The opinion of the court was delivered by: KENNEDY
Respondent Seaboard Great Lakes Corporation moves for leave to file an amended petition against the impleaded respondent M. J. Rudolph Co., Inc.
The case itself has been tried, and a decision and findings of fact have been filed. However, no decree has been entered, or at least the decree that was entered has been vacated on consent
The decision in the case turned on liability for damage received by C. W. Crane while she was lying alongside S. S. Harpalycus at Pier 33, Brooklyn. She had been placed there by American Eagle, a tugboat operated by the moving respondent.
I found that C. W. Crane was seaworthy when she was placed alongside Harpalycus, that the cause of the disaster was the fact that on the evening of September 28, 1943, she began to grind against the side of Harpalycus, and that during the following day, although the immediate sub-charterer (Seaboard Great Lakes Corporation) was notified of this condition, it made no effort to do anything about it until it was too late, and when it did start to get C. W. Crane away from her berth American Eagle went about the task in an unseamanlike way.
The theory of this motion is that the impleaded respondent Rudolph bears some responsibility for the damage to C. W. Crane, since that respondent had during the morning of September 29, 1943, shifted the scow at her berth. Obviously, the moving respondent has adopted the theory that if the berth was unsafe and this fact was known to Rudolph, then that respondent may be held accountable for its failure to do anything.
However, I did not hold actually that the berth at Pier 33 at Brooklyn was unsafe. I said quite plainly that the grinding of C. W. Crane against Harpalycus was caused not so much by wind and weather conditions as by traffic in Buttermilk Channel. And it seems to me that Rudolph, the stevedore, could not be held accountable in the absence of a showing of negligence. In other words, the primary duty of taking care of the scow was upon the sub-charterer Seaboard Great Lakes Corporation. It was unnecessary for the libelants to demonstrate negligence on the part of Seaboard Great Lakes Corporation to entitle them to a decree. So far as Rudolph is concerned I think the situation is different. I do not think that in a case of this kind they could be held at fault because of mere inaction. I should think a stevedore would have the right to suppose that the charterer who has the vessel in its possession will do all that is necessary to carry out its duty. For this reason, even if the petition impleading Rudolph had specifically alleged fault on the part of that corporation because of its failure to take C. W. Crane away from its berth at Pier 33, I should have reached the same result that I did.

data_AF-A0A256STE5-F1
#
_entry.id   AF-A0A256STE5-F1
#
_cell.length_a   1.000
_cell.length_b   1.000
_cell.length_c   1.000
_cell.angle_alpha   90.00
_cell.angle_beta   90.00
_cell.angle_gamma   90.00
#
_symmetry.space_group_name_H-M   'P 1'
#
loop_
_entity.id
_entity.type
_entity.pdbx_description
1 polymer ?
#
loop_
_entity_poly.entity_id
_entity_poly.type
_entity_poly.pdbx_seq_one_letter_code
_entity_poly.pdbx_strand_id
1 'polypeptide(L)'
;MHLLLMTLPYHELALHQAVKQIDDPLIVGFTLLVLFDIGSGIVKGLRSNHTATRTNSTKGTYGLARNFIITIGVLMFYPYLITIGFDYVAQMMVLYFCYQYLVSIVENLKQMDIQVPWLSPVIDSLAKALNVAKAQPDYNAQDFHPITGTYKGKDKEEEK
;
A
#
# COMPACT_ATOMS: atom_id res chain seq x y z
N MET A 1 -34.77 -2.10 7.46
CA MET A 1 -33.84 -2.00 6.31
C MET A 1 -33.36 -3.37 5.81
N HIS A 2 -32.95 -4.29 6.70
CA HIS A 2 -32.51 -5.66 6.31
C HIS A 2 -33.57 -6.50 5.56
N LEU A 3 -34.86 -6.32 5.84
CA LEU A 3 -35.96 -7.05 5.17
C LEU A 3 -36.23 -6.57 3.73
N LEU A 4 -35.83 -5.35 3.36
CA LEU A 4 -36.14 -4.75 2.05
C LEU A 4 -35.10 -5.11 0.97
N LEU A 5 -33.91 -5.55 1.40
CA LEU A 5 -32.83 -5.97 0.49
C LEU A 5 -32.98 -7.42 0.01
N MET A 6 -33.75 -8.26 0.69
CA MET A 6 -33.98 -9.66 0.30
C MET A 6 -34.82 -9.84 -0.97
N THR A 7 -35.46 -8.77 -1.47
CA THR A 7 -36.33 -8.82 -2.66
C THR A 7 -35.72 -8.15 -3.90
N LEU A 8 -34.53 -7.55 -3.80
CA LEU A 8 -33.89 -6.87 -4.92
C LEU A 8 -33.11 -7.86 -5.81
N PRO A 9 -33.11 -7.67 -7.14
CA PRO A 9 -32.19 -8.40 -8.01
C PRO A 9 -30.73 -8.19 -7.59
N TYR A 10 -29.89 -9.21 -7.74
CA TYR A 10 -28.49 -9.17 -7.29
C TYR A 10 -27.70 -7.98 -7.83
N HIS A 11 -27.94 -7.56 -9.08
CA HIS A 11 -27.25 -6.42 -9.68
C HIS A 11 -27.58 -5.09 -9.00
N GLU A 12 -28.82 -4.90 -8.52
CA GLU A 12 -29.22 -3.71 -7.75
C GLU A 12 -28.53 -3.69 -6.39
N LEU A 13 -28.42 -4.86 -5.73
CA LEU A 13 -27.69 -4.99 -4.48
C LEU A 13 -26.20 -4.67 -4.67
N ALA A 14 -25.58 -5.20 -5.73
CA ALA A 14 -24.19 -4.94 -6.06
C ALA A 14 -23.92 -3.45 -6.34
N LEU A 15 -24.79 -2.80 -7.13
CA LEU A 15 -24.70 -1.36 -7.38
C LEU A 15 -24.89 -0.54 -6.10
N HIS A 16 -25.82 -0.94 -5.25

I am confronted with a rather difficult problem. Ordinarily, I would grant the motion to amend without any hesitation on the theory that in admiralty the privilege of amendment ought to be favored. However, if I grant the motion, and take no further proof in the matter (as the moving respondent suggests), then Rudolph (which never had any notice that any fault on its part in the respect suggested would be urged against it) might, in the event of a modification of the decree in the Circuit Court of Appeals, find itself held at fault without any chance really to meet the issue.
For this reason I deny the motion. I am, however, suggesting as plainly as I can that even had the impleading petition set forth the specific claim now urged I would have reached the same result.